The NYPD expects to marshal a force of up to 5,000 officers later this month to handle the unprecedented security demands brought on by three national security events: the meeting of the UN General Assembly, the presence of President Barack Obama and the visit by Pope Francis, officials said Wednesday.

"Depending on how you parse the numbers, you will be dealing with between 3,000 to 5,000 police officers, handling the General Assembly, the president of the United States and handling the pope and those who are coming to see him," NYPD Deputy Commissioner John Miller said at the department's monthly crime briefing.

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While the General Assembly and presidential visits are events the department has handled many times, the unique demands made by the pope present security challenges, Miller said. "It is complicated," Miller said. "With all of the security, we still have to address the main purpose of this, which is his holiness would like to make contact, be seen, enjoy the presence of as many people as possible. We have to secure the visit, but we have to keep it as open and viable to allow the real purpose of this trip to flourish in him."

Earlier at Wednesday's briefing, Police Commissioner William Bratton and his top aides said this summer was the safest in more than 20 years. While admitting that murders and certain other serious crimes like rape and robbery have gone up, Bratton said that overall major crimes are down about 4 percent from 2014 during the period June 1 through Aug. 31.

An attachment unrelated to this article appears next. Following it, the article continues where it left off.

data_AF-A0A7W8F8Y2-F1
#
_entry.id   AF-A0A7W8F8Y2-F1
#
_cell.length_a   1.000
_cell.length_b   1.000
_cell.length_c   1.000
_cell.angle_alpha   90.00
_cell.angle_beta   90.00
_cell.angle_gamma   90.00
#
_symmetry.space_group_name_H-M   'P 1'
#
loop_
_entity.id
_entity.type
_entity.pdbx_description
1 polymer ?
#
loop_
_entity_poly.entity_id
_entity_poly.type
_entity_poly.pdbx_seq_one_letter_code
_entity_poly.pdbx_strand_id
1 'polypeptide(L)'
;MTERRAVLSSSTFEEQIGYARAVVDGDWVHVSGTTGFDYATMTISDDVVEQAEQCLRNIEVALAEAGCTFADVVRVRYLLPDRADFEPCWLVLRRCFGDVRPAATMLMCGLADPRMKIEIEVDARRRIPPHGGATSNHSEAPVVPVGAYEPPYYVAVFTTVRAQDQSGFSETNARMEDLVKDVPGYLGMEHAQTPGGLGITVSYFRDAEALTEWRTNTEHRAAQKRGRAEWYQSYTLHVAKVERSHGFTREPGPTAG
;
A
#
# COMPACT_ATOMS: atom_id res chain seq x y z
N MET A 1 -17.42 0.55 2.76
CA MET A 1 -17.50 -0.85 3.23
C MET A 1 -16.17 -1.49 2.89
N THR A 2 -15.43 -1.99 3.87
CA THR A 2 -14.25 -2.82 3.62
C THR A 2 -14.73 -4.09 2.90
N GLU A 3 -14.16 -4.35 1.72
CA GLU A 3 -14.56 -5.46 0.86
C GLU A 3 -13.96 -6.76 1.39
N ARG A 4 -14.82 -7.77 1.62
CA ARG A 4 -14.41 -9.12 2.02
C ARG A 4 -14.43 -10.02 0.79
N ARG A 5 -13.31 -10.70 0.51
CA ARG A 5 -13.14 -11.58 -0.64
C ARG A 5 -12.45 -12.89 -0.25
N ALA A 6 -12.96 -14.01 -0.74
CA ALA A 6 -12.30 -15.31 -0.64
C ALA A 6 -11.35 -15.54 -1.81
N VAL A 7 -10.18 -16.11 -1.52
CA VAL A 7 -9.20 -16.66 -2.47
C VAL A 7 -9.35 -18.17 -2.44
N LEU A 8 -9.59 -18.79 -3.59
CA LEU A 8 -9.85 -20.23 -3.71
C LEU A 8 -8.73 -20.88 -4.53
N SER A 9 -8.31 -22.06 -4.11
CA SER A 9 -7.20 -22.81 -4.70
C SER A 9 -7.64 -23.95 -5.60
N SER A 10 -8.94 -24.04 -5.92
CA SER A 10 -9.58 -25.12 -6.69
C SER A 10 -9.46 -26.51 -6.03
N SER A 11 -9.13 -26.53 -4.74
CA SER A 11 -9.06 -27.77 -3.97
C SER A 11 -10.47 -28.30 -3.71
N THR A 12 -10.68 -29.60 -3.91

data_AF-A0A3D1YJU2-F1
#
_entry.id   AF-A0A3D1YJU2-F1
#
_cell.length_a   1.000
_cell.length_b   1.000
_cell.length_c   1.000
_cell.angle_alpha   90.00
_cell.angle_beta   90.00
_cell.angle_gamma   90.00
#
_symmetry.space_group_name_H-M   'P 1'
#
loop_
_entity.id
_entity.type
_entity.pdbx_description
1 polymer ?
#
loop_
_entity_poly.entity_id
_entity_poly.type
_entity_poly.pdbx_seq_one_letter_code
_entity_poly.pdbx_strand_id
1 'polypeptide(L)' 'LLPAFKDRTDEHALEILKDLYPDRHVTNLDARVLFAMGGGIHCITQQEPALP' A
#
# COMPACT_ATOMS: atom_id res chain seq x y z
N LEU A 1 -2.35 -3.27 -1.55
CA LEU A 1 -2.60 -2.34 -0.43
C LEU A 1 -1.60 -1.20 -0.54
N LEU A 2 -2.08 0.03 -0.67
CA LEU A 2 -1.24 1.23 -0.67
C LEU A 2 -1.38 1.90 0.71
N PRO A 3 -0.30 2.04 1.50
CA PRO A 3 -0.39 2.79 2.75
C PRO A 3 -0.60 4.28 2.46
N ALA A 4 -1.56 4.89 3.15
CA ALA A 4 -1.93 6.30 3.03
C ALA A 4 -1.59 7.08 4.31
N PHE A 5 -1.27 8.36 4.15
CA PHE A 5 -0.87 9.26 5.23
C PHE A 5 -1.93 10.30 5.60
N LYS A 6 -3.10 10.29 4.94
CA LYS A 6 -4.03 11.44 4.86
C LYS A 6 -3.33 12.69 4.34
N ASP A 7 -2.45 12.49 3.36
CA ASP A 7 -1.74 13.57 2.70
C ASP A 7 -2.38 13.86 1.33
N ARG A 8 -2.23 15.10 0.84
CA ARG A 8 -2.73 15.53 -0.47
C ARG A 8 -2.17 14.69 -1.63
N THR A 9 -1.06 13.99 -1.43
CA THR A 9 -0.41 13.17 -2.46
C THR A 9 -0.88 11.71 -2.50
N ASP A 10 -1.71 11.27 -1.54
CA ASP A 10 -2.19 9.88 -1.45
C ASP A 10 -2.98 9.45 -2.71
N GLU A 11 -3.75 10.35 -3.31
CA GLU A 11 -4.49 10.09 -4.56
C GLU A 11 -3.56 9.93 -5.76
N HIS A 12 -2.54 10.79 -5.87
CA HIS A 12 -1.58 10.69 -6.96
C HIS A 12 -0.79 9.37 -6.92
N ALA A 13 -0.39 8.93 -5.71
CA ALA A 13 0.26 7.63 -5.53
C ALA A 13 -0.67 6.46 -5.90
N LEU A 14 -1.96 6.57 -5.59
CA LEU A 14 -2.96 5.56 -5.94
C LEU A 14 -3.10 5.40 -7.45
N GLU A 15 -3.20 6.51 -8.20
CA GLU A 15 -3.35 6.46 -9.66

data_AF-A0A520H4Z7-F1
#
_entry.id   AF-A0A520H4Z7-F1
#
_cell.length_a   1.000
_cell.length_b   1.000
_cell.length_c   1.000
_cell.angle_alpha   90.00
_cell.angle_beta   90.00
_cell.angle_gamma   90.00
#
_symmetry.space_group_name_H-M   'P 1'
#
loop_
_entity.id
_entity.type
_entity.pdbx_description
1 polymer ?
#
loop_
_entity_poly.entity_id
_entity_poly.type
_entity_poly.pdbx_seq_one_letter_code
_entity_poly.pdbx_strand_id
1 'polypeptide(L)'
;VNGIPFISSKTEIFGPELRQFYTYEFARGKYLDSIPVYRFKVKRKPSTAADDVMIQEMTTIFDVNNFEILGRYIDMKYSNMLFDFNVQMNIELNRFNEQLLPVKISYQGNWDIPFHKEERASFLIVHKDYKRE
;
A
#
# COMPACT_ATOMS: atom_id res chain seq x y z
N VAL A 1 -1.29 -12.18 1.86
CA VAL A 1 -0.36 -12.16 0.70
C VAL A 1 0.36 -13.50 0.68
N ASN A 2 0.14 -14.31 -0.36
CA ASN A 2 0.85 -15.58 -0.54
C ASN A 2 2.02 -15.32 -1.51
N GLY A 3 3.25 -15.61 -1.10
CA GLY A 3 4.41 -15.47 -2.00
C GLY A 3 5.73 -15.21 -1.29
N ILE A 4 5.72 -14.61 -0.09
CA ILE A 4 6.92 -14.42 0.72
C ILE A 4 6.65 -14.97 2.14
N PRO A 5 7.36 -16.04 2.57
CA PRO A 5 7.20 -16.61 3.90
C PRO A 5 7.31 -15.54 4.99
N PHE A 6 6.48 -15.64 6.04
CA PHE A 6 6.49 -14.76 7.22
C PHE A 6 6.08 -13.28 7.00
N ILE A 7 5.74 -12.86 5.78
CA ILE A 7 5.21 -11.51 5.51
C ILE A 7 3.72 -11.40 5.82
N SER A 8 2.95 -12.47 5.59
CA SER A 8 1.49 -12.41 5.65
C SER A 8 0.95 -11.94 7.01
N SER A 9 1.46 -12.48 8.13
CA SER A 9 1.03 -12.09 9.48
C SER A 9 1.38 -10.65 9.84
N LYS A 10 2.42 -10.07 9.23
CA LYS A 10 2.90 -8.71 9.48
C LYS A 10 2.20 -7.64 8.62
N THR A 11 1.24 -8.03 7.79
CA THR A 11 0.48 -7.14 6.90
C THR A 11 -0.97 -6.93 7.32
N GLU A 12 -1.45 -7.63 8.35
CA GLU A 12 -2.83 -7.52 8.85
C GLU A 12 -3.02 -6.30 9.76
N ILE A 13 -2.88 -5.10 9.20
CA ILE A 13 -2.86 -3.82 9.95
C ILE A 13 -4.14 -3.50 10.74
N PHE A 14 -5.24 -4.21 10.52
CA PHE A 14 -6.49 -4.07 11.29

"We continue to see our targeted enforcement working," Bratton said in a statement issued later in the day. "The department is more precise than ever -- with significantly lower crime totals."

Overall, homicides so far this year are up 6 percent and rapes are up 5.3 percent, while shootings, which had gone up earlier this year, were down 1.4 percent, said Deputy Commissioner Dermott Shea. All other major crime categories were down, Shea noted.

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Officials also said cops made 908 gun seizures this summer during arrests and searches, an increase of 74 from the same period last year. But with stop-and-frisk activity way down, department records also showed the number of guns seized as a result of such encounters down by nearly 50 percent.